I think that’s beautiful because stories have so much more power in them because of the emotions and experiences that we can share about and learn from using stories as a medium. I also loved learning about the grown up story times that you shared in your post because story times can be fun for all ages. I think it’s incredibly wonderful that more and more libraries are incorporating live storytimes into their programs and services. I think everyone should be able to come to them. I’m particularly interested in the intergenerational storytelling contest. It sounds like it did incredibly well and I think people would be interested in it.

    I also think it’s a good point that Lauerson brought up about stories. Stories are a way that we learn and pass down lessons from history and from other people. Yes we aren’t familiar with them and yes we all come from different backgrounds, but we shouldn’t let bias hold us back from the experience. So too should libraries. Libraries should be a safe space for everyone to be welcomed no matter their personal background. Their stories can be a learning point for us all.

    I loved seeing how libraries are growing more and more diverse and I think that it is because of that, that we have opportunities to learn.

    I love the Human Library movement because 1. the founders don’t necessarily need to be librarians and 2. I loved learning the different groups of people that are being welcomed and allowed to read and learn from each other.

    I really hope that a Human Library comes by my hometown some day as we can begin sparking conversation, and changing any prior perceptions. I also loved your statement that a hyperlinked library is about “connection, understanding, compassion, and heart” because it is and it’s about bringing people together to learn from each other.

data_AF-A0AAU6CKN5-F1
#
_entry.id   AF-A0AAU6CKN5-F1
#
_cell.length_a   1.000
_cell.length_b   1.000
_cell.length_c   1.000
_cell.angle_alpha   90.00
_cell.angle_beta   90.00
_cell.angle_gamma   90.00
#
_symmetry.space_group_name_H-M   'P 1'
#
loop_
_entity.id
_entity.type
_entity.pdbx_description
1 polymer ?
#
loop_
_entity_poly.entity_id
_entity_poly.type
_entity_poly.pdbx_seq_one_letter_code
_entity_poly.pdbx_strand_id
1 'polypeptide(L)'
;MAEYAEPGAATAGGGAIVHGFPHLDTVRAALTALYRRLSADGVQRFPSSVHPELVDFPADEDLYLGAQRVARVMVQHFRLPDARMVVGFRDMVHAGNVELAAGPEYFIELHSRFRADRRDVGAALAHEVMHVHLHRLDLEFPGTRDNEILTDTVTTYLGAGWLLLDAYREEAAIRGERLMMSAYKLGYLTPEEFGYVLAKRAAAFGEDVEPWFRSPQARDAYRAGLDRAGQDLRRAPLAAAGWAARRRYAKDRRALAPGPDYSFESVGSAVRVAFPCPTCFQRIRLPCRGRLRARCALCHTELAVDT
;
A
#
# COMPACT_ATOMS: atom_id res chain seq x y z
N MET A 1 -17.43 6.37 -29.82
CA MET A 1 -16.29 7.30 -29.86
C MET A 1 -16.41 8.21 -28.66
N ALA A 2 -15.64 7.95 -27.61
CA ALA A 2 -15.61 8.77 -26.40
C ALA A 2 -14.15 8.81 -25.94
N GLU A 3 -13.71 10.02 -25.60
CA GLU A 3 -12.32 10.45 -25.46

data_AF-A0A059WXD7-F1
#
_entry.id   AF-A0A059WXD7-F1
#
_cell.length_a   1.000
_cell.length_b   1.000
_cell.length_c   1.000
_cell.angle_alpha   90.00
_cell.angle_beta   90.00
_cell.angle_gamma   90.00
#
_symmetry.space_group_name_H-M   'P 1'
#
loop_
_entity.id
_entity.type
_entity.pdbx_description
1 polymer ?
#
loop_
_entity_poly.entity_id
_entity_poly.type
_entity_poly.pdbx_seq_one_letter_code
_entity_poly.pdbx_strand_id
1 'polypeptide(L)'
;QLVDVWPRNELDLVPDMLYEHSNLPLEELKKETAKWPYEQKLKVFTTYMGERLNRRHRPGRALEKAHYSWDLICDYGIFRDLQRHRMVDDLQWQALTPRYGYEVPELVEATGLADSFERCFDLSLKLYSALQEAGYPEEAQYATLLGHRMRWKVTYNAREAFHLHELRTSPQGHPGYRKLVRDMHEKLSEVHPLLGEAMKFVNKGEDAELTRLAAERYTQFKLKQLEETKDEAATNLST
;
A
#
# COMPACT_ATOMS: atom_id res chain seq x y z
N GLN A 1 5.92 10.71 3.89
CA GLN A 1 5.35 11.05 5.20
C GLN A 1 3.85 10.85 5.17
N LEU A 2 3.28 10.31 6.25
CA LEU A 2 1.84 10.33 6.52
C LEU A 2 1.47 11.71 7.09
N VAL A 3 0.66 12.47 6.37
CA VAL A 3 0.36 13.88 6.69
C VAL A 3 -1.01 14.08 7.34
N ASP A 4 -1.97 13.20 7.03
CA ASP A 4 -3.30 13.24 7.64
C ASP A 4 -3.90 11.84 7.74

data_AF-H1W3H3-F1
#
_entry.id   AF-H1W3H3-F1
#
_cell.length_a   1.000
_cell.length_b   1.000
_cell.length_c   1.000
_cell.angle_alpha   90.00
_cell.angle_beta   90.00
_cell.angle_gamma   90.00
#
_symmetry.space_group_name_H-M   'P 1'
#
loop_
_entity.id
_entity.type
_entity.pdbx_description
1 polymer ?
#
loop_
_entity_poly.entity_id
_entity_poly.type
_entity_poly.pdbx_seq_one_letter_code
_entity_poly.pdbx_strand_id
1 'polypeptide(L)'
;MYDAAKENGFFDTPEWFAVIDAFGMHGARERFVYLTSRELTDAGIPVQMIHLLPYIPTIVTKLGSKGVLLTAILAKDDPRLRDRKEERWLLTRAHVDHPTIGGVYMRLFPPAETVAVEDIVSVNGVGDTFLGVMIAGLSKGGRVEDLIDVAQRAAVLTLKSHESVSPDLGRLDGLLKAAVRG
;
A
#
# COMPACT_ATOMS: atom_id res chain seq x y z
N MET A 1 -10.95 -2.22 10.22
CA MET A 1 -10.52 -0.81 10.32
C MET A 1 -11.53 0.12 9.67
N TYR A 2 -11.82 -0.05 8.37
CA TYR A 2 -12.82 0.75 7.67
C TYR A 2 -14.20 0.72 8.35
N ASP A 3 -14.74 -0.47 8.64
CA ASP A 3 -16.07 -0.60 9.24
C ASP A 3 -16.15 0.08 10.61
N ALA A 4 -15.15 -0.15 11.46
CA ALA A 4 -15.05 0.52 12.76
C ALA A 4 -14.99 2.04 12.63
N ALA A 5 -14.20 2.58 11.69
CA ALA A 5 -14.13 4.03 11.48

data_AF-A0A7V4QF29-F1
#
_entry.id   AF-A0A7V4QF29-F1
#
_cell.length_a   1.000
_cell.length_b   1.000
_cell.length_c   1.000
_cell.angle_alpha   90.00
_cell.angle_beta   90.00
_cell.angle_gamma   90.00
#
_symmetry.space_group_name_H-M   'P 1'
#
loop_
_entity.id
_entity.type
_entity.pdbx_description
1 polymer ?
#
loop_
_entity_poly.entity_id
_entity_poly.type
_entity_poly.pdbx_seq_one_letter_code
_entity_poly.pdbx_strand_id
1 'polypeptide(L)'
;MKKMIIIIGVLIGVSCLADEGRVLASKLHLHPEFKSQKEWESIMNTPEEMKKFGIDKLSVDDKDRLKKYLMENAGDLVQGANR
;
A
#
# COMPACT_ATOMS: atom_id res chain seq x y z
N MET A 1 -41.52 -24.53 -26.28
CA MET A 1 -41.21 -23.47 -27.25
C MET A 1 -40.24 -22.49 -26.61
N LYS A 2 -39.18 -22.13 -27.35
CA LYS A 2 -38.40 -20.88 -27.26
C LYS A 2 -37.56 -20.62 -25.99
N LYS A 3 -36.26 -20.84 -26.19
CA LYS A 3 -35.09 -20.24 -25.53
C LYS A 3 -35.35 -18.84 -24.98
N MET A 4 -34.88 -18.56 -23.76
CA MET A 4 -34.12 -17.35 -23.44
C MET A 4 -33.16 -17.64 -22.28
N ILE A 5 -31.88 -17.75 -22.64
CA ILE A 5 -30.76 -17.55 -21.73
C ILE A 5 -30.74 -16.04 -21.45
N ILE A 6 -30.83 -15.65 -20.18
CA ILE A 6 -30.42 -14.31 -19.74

• Hi Tiffany,

      Thank you for your comments! I first learned about the Human Library a couple of years ago and it has intrigued me ever since. I hope you get to experience it. Check out the Events page at often to see where they are being held. Or who knows, maybe you will feel inspired to have your library host one.

      • Hi Christine,

        That’s wonderful! I’ll have to look into that! I am hopeful that we will! Our drag queen storytime had a wonderful success today so I think we might try to do that in the future.

  2. Oh my!

    “The promise that events like the Human Library present are what I believe the hyperlinked library is all about: connection, understanding, compassion, and heart.”

    Yes! At next Library 2019, I was part of a session called “The Power of Stories” and we covered many of Christian’s points as well. Then I got to meet him and do a tour of his library!

    I am thrilled that using stories and sharing stories…and gathering stories in libraries today promotes inclusion. Everyone can dance! 🙂

    • It’s so cool that you got to tour Lauersens’ library!

      I’m also thrilled that stories in libraries promotes inclusion. Drag Queen Story Hour comes to mind here. Although, I really wish my library had something like adult storytime. Or perhaps Drag Queen Story Hour for adults. That could be fun – especially if hot toddies were served. It’s so interesting to hear people’s stories.

      Currently, PBS has something called Stories from the Stage. I’ve yet to catch an entire show, but it’s really interesting.